Mosquitoes are increasingly resistant to insecticides
A new report says targeting mosquito breeding sites is likely to be increasingly necessary to reduce cases of malaria in Africa and Asia.
Researchers say that with mosquitoes becoming ever more resistant to insecticides, new approaches will be needed to help control the disease.
They include flushing out stagnant water where mosquito larvae grow.
More than 600,000 people died from the malaria in 2010, most of them children in Africa.
The number of deaths from malaria has fallen by a quarter in the last decade, largely thanks to the widespread distribution of mosquito nets treated with insecticides and the use of indoor insecticides sprays, reports the BBC's global health reporter Tulip Mazumdar.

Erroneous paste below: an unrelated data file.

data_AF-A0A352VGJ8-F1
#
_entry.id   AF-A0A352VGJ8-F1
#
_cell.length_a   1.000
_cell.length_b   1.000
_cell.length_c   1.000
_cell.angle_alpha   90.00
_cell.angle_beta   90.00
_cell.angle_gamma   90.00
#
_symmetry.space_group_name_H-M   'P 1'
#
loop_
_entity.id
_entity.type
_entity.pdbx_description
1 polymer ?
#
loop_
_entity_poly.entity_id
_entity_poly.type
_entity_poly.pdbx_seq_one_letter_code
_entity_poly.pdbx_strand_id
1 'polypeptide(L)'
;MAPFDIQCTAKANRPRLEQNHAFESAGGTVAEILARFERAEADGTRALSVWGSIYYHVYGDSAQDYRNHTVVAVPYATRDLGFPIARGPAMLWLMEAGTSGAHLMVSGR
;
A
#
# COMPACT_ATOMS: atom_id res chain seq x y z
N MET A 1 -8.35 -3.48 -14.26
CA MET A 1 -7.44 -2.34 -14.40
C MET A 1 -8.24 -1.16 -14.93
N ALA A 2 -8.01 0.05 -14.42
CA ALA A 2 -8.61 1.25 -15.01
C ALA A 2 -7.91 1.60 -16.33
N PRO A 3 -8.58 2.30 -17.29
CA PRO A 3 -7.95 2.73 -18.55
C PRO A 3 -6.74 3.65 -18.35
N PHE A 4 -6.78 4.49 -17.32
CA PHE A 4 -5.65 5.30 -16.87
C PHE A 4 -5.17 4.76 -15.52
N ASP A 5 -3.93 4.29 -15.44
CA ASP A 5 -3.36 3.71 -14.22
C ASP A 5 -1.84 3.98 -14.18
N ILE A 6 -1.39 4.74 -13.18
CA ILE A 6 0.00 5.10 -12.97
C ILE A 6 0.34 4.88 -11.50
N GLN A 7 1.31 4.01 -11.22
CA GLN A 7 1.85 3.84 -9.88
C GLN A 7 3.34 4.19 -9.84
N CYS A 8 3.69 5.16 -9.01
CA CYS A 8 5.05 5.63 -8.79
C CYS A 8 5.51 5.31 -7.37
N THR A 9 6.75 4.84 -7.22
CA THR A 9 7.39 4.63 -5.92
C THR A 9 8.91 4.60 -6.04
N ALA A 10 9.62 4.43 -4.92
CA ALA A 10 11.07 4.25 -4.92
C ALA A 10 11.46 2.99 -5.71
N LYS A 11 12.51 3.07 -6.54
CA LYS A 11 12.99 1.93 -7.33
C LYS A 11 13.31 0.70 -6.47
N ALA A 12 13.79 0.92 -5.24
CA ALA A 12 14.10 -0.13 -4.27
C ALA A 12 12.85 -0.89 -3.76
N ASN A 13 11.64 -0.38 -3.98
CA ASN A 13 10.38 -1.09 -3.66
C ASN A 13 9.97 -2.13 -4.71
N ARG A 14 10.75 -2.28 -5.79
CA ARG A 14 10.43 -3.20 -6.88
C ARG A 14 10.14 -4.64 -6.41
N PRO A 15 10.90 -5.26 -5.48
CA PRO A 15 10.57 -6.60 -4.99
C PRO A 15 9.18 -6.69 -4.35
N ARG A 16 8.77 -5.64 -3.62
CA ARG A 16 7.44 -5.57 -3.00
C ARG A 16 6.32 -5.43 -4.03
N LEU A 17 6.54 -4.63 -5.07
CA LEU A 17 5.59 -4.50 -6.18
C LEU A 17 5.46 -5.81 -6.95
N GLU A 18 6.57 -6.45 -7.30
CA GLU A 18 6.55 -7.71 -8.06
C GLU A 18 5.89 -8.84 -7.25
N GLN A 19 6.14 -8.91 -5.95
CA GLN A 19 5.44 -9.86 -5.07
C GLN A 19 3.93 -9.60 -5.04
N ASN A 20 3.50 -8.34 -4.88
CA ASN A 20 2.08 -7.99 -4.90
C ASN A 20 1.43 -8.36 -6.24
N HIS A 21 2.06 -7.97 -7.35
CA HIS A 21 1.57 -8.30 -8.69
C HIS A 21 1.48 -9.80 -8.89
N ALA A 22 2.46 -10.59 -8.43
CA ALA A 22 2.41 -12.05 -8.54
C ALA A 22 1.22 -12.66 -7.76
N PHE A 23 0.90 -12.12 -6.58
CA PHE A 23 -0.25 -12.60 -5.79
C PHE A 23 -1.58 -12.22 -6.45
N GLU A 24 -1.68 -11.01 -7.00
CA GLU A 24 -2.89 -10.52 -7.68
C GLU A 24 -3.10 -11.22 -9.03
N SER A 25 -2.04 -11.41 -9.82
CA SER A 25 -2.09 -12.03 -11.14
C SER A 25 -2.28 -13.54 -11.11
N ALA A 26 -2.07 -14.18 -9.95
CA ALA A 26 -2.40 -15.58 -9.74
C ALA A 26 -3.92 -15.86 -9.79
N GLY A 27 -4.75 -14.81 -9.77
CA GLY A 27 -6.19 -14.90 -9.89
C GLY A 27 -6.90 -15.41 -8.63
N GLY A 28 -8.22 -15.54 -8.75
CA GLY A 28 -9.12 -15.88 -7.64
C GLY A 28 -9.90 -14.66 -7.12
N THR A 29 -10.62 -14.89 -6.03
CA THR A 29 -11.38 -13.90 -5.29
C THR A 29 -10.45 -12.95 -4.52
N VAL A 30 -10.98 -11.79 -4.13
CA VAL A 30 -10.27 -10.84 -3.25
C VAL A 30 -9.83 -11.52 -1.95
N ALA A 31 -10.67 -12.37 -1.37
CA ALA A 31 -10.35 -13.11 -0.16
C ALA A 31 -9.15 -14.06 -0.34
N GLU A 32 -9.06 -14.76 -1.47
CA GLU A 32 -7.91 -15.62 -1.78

But the insects are becoming increasingly resistant to these chemicals, so a new report by researchers at the London School of Hygiene and Tropical Medicine says authorities should use a method called "larval source management".
This is where mosquito larvae found in stagnant water like paddy fields or ditches are killed off by draining or flushing the land before they get a chance to develop.
But the report's author, Lucy Tusting, admits there are limitations to the method.
"It requires in some situations a very intensive effort so in some settings it won't be cost effective," she said.
"But in others cases you might have a small village with a pond in the middle of it. By removing that you can reduce the number of mosquitoes with very little effort."
The World Health Organization says the research is still not robust enough to support this method, and it is not recommended for use in rural areas where breeding grounds are hard to find.
The WHO says larval source management should only be used alongside insecticide sprays and nets.